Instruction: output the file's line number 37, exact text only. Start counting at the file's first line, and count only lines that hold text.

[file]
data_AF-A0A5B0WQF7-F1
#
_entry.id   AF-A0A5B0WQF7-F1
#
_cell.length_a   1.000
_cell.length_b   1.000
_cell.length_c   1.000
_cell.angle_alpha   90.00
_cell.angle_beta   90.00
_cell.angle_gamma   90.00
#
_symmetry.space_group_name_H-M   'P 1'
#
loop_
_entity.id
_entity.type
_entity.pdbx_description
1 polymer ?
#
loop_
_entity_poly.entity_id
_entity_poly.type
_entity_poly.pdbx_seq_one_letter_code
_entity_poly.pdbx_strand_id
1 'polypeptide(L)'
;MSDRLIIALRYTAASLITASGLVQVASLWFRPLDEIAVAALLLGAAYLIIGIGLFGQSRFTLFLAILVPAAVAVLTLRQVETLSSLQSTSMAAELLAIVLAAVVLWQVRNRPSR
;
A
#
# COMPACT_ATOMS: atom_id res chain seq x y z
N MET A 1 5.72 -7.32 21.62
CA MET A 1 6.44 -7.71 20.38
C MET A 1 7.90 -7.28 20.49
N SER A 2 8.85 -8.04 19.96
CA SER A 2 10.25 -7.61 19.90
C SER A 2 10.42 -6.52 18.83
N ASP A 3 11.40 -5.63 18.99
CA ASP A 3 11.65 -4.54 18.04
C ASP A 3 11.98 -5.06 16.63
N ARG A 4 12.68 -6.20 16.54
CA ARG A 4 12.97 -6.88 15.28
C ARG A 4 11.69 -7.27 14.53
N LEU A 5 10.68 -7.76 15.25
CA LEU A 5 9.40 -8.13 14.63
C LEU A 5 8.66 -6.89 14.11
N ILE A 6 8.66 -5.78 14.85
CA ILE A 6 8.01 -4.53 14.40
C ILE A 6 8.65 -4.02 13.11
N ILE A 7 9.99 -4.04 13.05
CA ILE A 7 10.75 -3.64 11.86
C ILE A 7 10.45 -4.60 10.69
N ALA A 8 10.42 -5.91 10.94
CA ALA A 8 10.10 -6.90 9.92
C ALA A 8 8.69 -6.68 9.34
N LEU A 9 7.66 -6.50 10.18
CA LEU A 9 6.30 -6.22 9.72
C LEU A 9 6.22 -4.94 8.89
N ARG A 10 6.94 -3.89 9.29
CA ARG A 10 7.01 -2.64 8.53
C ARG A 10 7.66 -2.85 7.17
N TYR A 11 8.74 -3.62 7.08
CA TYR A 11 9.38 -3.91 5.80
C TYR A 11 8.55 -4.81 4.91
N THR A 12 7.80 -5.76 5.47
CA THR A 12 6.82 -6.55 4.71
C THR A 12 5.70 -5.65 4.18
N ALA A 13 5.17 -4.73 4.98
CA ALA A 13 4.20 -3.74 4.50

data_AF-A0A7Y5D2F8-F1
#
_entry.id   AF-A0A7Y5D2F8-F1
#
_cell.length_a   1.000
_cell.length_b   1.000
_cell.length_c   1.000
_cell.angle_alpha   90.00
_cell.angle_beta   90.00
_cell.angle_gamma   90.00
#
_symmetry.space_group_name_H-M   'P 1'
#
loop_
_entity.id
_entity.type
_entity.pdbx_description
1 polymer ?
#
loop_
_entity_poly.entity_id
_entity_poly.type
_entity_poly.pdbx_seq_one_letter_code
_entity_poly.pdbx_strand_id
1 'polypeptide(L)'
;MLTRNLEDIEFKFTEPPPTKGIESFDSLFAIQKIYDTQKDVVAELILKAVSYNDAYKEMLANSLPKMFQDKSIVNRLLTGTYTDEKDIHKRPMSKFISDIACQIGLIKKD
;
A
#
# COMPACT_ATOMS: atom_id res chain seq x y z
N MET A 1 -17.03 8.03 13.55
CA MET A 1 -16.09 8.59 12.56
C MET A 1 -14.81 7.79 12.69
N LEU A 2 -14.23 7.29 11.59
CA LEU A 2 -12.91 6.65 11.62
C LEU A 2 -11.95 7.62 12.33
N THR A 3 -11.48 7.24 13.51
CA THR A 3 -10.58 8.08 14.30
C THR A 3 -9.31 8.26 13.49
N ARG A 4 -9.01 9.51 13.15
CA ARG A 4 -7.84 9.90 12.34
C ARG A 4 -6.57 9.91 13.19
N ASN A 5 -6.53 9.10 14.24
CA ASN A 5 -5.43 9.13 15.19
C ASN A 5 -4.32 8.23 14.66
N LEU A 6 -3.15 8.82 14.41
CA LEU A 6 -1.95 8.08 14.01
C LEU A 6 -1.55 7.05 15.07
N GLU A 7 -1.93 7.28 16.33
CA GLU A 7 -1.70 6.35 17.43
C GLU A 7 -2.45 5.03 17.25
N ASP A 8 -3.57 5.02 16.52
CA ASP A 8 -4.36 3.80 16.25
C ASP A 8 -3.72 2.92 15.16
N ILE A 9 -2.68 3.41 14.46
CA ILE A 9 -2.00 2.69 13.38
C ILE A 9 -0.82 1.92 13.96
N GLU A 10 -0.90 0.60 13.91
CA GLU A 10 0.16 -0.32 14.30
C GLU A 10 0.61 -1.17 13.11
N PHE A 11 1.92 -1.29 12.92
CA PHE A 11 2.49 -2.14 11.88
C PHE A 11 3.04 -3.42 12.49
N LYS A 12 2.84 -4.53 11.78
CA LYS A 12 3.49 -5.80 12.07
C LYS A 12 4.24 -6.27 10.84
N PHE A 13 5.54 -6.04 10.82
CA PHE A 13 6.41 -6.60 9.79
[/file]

N ASP A 3 11.40 -5.63 18.99